A landmark work of narrative nonfiction that tells the dramatic and sometimes heartbreaking story of families striving toward a better life in one of the twenty-first century’s great, unequal cities. I
On January 12, 2010 a massive earthquake laid waste to Port-au-Prince, Haiti, killing hundreds of thousands of people. Within three days, Dr. Paul Farmer arrived in the Haitian capital, along with a team of volunteers, to lend his services to the injured.
DISAPPEARING SPOON follow carbon, neon, silicon, and gold as they play out their parts in human history, finance, mythology, war, the arts, poison, and the lives of the (frequently) mad scientists who discovered them.
In his fifth work of nonfiction, Mark Kurlansky turns his attention to a common household item with a long and intriguing history: salt. The only rock we eat, salt has shaped civilization from the very beginning.
The End of Countryis the compelling story about the epic battle for control of one of the richest natural gas deposits the world has ever known: the Marcellus Shale, worth more than one trillion dollars.
In the summer of 2006, racing through Lebanon to report on the Israeli invasion, Anthony Shadid found himself in his family's ancestral hometown of Marjayoun. he discovered his great-grandfather's once magnificent estate in near ruins. One year later, Shadid returned to Marjayoun, not to chronicle the violence, but to rebuild in its wake.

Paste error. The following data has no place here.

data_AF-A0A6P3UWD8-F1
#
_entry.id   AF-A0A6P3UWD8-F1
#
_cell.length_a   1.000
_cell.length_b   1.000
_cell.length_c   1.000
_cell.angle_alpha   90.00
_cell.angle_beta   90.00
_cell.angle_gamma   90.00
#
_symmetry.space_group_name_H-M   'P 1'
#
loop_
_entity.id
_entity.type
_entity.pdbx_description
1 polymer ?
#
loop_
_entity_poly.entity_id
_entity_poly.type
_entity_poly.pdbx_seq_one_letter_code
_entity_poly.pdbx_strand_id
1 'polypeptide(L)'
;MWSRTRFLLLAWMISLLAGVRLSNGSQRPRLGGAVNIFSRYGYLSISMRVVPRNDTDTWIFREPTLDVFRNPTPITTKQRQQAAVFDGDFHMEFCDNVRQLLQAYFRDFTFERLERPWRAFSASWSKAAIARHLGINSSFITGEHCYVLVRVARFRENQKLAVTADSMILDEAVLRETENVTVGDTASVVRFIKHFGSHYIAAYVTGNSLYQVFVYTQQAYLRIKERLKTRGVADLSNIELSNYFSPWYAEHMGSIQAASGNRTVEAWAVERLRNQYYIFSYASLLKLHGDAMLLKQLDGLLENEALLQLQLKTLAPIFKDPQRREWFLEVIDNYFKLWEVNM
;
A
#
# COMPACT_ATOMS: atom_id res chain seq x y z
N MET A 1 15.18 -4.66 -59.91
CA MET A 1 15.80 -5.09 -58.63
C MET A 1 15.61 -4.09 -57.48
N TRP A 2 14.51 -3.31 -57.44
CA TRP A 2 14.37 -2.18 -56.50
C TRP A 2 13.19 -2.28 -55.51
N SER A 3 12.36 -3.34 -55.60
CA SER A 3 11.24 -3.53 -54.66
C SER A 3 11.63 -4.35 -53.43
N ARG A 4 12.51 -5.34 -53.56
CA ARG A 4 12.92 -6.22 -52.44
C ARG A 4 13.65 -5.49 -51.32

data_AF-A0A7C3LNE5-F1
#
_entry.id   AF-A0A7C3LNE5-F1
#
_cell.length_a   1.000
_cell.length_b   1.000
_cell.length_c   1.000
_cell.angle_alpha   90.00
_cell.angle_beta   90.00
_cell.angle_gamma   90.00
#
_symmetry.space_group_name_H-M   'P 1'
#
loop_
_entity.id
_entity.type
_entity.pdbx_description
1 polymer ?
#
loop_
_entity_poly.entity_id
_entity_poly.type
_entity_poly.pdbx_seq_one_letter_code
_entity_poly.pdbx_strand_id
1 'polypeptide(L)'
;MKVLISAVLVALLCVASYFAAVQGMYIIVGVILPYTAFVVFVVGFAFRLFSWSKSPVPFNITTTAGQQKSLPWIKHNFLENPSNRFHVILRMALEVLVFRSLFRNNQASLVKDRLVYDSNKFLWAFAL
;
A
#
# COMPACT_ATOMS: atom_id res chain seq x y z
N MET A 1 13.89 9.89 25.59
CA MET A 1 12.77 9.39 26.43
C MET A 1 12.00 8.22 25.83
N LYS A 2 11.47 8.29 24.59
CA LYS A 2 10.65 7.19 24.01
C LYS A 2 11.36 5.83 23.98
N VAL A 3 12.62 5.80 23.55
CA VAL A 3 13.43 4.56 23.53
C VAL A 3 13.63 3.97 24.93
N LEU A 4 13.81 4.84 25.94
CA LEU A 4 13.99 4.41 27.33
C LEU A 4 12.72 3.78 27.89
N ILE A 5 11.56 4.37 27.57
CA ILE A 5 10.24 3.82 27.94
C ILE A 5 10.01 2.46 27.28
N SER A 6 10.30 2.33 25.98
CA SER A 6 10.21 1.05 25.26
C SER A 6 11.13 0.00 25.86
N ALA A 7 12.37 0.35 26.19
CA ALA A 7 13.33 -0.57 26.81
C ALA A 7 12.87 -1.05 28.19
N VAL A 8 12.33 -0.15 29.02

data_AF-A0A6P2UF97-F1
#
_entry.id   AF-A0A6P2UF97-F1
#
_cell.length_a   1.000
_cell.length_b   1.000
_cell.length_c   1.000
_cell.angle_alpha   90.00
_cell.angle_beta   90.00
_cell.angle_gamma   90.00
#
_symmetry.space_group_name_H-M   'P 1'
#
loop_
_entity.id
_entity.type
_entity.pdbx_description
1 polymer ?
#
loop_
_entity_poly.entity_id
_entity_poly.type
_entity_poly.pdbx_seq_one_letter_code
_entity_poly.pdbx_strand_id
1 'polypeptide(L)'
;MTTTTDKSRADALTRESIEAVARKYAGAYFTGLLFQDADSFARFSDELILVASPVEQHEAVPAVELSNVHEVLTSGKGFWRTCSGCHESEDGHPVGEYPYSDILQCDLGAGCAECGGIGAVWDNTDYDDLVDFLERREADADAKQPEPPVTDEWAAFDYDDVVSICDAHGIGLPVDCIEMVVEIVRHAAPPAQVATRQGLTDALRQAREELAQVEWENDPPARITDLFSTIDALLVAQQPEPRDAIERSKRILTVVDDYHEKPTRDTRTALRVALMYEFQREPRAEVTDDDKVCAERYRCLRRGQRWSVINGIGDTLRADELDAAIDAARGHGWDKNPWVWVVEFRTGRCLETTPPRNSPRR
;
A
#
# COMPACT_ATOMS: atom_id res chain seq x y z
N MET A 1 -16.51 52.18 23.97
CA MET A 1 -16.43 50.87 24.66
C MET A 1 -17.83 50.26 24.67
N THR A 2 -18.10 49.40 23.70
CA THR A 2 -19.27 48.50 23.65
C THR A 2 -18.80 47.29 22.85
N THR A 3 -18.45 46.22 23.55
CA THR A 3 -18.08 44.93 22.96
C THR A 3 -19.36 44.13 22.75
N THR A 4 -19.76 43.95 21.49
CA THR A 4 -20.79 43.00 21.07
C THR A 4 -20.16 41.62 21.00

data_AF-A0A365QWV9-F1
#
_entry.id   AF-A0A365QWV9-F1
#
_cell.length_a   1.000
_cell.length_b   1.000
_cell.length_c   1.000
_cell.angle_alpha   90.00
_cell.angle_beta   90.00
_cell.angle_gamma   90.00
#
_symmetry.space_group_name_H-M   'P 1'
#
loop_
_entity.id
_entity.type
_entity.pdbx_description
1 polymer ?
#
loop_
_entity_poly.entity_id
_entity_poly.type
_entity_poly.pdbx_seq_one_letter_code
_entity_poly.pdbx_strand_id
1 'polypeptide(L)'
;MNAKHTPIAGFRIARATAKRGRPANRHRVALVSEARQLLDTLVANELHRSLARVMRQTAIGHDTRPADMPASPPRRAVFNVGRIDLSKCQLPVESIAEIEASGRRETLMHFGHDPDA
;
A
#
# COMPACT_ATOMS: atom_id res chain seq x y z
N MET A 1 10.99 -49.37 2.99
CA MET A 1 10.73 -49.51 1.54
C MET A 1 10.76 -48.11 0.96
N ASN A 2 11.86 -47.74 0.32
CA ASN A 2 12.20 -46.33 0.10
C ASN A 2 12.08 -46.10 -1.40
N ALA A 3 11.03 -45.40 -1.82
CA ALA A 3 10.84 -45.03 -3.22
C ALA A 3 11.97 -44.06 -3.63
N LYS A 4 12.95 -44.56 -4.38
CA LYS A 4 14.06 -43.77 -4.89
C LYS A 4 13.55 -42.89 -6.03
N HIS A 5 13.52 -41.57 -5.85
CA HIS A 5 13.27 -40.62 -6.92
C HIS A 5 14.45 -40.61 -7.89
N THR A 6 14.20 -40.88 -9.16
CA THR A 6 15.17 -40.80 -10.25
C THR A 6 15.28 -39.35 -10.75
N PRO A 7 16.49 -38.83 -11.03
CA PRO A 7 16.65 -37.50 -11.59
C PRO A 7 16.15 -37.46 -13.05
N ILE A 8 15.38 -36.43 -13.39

And yet as late as 2000, the earth’s deepest cave—the supercave—remained undiscovered. This is the story of the men and women who risked everything to find it, earning their place in history beside the likes of Peary, Amundsen, Hillary, and Armstrong.
From the bestselling author of "The Professor and the Madman" and "The Map That Changed the World" comes an examination of the enduring and world-changing effects of the catastrophic eruption off the coast of Java of the world's most dangerous volcano--Krakatoa.
In The Universe Within, with his trademark clarity and exuberance, Shubin takes an even more expansive approach to the question of why we look the way we do. Starting once again with fossils, he turns his gaze skyward, showing us how the entirety of the universes fourteen-billion-year history can be seen in our bodies.